Yeah, it should be enough in a pink world with ponies and world peace. But, in the real and crude world, where the users bail out after leaving all the crap behind we need real men/women to take the crap out to react accordingly. If the user is kind enough to provide the information, the question should pass to the Reopen queue, and be approved almost immediately (in fact, that queue is lazy enough, so it needs a bit of work ;)).

Again, aren't we a bit hasty?

Nope. Out 186 question a day, 160 are made by new users, 140 needs more information, 20 gets more information, the rest is crap (this aren't actual values/statistics). Why no deal with the crap while it's still fresh (sounds dirty, no?) instead leaving it get into our backlog and getting bite when we want to take care of it, or we don't want the bother to take care of it now that the problem is serious.

Lets put it in a nice saying:

What is the difference between being hasty and acting quickly? The answer is incredibly simple. It is decided by whether the outcome is successful or not. I took this from a Light Novel, but seems pretty awesome quote.

We are not doing the work as we are supposed to, what is the outcome? We had a clean-up week, where are the results? We have nagged enough, and the results aren't satisfactory.

Stop ranting and make those flags/votes fly! We know how to be kind but strict. Show the ropes to the users, some of them care enough to use them. And improve the quality of AskUbuntu!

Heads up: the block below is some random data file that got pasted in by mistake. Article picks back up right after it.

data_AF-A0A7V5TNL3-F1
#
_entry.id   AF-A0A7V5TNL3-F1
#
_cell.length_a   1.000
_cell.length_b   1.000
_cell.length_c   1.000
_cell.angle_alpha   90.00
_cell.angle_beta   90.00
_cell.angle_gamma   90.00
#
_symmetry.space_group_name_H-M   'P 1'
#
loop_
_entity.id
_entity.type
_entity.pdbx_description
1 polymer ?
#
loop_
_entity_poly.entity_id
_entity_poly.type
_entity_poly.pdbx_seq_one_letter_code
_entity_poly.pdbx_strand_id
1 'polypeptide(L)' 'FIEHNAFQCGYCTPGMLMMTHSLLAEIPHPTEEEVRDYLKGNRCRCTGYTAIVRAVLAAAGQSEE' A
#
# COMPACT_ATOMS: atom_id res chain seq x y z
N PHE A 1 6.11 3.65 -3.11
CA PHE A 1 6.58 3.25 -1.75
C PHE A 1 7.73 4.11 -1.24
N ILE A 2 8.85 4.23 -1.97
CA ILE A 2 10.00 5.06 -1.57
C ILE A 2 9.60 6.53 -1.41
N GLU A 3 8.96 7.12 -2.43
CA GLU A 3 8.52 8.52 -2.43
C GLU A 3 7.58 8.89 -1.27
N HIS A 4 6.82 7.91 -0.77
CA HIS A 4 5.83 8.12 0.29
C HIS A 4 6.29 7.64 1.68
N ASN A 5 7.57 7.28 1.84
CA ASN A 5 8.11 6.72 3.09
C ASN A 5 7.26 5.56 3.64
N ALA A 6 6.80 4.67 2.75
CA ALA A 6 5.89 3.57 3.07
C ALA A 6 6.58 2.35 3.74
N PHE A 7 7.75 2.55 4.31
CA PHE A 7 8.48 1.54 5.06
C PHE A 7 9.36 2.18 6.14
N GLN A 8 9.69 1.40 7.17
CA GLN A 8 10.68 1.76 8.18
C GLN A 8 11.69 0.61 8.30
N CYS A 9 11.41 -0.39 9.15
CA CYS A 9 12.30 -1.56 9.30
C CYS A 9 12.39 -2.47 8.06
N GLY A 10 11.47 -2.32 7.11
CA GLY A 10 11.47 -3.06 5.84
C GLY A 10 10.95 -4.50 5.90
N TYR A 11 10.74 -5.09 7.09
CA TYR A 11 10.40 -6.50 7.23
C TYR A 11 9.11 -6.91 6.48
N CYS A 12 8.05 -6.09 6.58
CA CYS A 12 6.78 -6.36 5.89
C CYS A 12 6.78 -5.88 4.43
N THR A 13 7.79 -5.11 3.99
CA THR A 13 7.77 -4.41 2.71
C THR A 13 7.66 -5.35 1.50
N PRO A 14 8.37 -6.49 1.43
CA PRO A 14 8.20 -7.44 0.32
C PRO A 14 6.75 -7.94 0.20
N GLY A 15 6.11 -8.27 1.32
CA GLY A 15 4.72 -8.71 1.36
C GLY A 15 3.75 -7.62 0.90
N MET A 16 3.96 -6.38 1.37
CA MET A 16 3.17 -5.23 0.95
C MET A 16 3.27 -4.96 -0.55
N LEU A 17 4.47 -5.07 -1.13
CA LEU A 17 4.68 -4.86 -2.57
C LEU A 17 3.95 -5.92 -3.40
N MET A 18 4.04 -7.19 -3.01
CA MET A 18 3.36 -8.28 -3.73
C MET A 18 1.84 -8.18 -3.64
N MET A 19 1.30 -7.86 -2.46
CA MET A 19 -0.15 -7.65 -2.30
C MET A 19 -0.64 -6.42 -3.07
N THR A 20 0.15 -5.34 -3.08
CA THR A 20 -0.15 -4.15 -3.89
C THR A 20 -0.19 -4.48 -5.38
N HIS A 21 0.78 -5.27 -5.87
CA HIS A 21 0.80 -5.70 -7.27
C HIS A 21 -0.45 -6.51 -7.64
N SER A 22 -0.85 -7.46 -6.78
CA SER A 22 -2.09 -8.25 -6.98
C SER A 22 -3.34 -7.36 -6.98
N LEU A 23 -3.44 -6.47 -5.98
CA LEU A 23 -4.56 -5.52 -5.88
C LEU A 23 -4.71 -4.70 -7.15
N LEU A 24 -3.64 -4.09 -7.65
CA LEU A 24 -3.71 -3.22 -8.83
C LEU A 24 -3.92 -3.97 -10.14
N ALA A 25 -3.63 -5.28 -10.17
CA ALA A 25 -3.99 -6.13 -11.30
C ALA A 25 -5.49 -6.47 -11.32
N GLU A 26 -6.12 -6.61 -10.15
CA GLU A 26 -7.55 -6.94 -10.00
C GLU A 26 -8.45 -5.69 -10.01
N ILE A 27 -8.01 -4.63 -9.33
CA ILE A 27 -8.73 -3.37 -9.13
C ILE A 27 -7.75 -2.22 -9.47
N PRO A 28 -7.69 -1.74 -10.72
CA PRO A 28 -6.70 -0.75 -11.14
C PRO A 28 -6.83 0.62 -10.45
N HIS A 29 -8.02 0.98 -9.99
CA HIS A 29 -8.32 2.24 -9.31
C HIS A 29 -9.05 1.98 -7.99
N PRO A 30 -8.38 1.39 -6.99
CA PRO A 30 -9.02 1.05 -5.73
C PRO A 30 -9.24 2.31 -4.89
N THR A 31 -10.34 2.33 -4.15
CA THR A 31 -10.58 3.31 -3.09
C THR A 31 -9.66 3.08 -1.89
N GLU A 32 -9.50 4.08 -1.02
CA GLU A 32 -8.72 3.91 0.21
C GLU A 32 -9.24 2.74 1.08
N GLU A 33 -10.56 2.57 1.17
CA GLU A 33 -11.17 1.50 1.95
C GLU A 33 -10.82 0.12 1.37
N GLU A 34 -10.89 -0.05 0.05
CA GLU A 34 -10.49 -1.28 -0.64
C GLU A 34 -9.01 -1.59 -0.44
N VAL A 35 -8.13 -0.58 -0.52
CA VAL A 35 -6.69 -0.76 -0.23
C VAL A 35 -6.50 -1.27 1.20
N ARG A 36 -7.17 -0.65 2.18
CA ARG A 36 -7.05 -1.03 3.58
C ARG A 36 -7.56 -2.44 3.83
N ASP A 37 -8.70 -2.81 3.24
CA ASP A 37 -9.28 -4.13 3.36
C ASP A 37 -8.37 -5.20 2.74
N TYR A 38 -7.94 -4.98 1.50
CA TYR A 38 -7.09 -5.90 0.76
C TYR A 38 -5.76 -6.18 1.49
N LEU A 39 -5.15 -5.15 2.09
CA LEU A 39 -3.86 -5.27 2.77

Eliah got a glimpse of what I'm trying to do. But let me state clearly: while I made a link to Should we consider unanswered questions a problem yet? the main problem that I want to asset is to keep the crap out of our systems influx of low quality question to the minimum. Which this, I plan to accomplish several (ambitious) objectives:

  • Attract new professional answerers.
  • Get the ones that stepped down, due the quality of the questions, back.
  • Make of AskUbuntu a site where you don't go to ask how to resolve problems, but to find how you solve them.
  • Make of AskUbuntu a reference site for the global community.
  • That new users will see this as efficient that they will like take part of it, saving the recent view of Ubuntu in general. (yeah, the answer rate help with this)
  • Don't commit the same error as UseNet.

There is an advertisement that I remembered while reading jrg♦ comment below that says:

Help us to help you.

That's the message that our actions should deliver to every AU user, and I believe that it wasn't loud enough.

More rant about Eliah answer:

we are not a factory for minimizing unanswered questions

You are absolutely right! What we are is a factory of high quality questions/answers.